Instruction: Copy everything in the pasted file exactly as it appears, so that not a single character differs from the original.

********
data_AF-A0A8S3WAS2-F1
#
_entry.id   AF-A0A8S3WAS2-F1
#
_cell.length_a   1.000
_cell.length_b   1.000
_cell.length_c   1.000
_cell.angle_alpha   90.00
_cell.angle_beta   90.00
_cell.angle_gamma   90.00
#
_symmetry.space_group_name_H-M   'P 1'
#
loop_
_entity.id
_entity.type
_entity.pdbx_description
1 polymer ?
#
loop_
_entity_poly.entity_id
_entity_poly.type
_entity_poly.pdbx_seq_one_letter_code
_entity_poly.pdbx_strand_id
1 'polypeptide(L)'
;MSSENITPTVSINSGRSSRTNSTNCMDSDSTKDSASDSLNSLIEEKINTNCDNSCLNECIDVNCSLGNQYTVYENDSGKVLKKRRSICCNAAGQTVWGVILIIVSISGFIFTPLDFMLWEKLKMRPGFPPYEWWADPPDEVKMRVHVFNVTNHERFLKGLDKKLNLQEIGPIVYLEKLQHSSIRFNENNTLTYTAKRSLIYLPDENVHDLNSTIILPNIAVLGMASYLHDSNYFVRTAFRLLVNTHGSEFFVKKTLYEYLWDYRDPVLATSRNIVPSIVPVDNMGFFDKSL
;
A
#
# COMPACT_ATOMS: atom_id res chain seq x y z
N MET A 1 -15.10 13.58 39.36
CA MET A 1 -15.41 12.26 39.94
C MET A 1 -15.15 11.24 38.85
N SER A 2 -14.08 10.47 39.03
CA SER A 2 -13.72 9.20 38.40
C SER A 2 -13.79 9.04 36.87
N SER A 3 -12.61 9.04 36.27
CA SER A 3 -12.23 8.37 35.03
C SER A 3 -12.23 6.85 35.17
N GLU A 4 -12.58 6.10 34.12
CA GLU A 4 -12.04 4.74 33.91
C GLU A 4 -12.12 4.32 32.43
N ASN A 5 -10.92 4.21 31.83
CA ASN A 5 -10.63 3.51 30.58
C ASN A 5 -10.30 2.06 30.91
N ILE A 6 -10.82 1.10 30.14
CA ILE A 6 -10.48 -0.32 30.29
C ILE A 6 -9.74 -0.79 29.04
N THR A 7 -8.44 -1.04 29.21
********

data_AF-A0A8S3WAS2-F1
#
_entry.id   AF-A0A8S3WAS2-F1
#
_cell.length_a   1.000
_cell.length_b   1.000
_cell.length_c   1.000
_cell.angle_alpha   90.00
_cell.angle_beta   90.00
_cell.angle_gamma   90.00
#
_symmetry.space_group_name_H-M   'P 1'
#
loop_
_entity.id
_entity.type
_entity.pdbx_description
1 polymer ?
#
loop_
_entity_poly.entity_id
_entity_poly.type
_entity_poly.pdbx_seq_one_letter_code
_entity_poly.pdbx_strand_id
1 'polypeptide(L)'
;MSSENITPTVSINSGRSSRTNSTNCMDSDSTKDSASDSLNSLIEEKINTNCDNSCLNECIDVNCSLGNQYTVYENDSGKVLKKRRSICCNAAGQTVWGVILIIVSISGFIFTPLDFMLWEKLKMRPGFPPYEWWADPPDEVKMRVHVFNVTNHERFLKGLDKKLNLQEIGPIVYLEKLQHSSIRFNENNTLTYTAKRSLIYLPDENVHDLNSTIILPNIAVLGMASYLHDSNYFVRTAFRLLVNTHGSEFFVKKTLYEYLWDYRDPVLATSRNIVPSIVPVDNMGFFDKSL
;
A
#
# COMPACT_ATOMS: atom_id res chain seq x y z
N MET A 1 -15.10 13.58 39.36
CA MET A 1 -15.41 12.26 39.94
C MET A 1 -15.15 11.24 38.85
N SER A 2 -14.08 10.47 39.03
CA SER A 2 -13.72 9.20 38.40
C SER A 2 -13.79 9.04 36.87
N SER A 3 -12.61 9.04 36.27
CA SER A 3 -12.23 8.37 35.03
C SER A 3 -12.23 6.85 35.17
N GLU A 4 -12.58 6.10 34.12
CA GLU A 4 -12.04 4.74 33.91
C GLU A 4 -12.12 4.32 32.43
N ASN A 5 -10.92 4.21 31.83
CA ASN A 5 -10.63 3.51 30.58
C ASN A 5 -10.30 2.06 30.91
N ILE A 6 -10.82 1.10 30.14
CA ILE A 6 -10.48 -0.32 30.29
C ILE A 6 -9.74 -0.79 29.04
N THR A 7 -8.44 -1.04 29.21